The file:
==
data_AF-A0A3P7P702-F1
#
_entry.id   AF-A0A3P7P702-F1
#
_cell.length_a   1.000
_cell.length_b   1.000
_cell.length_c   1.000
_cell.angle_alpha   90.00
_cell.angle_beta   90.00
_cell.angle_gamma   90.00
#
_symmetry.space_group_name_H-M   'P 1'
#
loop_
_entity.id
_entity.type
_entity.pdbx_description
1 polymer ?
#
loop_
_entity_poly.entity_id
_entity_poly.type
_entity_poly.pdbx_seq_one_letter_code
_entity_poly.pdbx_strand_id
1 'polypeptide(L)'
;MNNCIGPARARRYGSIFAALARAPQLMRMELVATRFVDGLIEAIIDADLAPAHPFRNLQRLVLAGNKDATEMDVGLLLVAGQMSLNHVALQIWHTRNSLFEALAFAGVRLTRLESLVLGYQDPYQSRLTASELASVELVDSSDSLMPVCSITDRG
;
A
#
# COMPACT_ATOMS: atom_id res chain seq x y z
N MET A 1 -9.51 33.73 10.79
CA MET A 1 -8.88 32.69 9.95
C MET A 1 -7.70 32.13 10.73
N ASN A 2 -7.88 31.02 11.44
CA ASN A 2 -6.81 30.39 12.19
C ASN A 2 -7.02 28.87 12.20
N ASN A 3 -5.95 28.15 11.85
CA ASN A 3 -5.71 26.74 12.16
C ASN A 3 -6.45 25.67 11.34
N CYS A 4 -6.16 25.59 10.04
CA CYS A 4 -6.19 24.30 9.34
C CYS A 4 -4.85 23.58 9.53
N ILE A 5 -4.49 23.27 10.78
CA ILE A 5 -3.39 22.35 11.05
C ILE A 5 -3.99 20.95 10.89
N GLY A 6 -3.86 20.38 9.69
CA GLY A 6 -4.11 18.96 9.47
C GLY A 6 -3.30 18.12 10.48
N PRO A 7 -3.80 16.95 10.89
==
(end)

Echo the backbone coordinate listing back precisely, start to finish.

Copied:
data_AF-A0A3P7P702-F1
#
_entry.id   AF-A0A3P7P702-F1
#
_cell.length_a   1.000
_cell.length_b   1.000
_cell.length_c   1.000
_cell.angle_alpha   90.00
_cell.angle_beta   90.00
_cell.angle_gamma   90.00
#
_symmetry.space_group_name_H-M   'P 1'
#
loop_
_entity.id
_entity.type
_entity.pdbx_description
1 polymer ?
#
loop_
_entity_poly.entity_id
_entity_poly.type
_entity_poly.pdbx_seq_one_letter_code
_entity_poly.pdbx_strand_id
1 'polypeptide(L)'
;MNNCIGPARARRYGSIFAALARAPQLMRMELVATRFVDGLIEAIIDADLAPAHPFRNLQRLVLAGNKDATEMDVGLLLVAGQMSLNHVALQIWHTRNSLFEALAFAGVRLTRLESLVLGYQDPYQSRLTASELASVELVDSSDSLMPVCSITDRG
;
A
#
# COMPACT_ATOMS: atom_id res chain seq x y z
N MET A 1 -9.51 33.73 10.79
CA MET A 1 -8.88 32.69 9.95
C MET A 1 -7.70 32.13 10.73
N ASN A 2 -7.88 31.02 11.44
CA ASN A 2 -6.81 30.39 12.19
C ASN A 2 -7.02 28.87 12.20
N ASN A 3 -5.95 28.15 11.85
CA ASN A 3 -5.71 26.74 12.16
C ASN A 3 -6.45 25.67 11.34
N CYS A 4 -6.16 25.59 10.04
CA CYS A 4 -6.19 24.30 9.34
C CYS A 4 -4.85 23.58 9.53
N ILE A 5 -4.49 23.27 10.78
CA ILE A 5 -3.39 22.35 11.05
C ILE A 5 -3.99 20.95 10.89
N GLY A 6 -3.86 20.38 9.69
CA GLY A 6 -4.11 18.96 9.47
C GLY A 6 -3.30 18.12 10.48
N PRO A 7 -3.80 16.95 10.89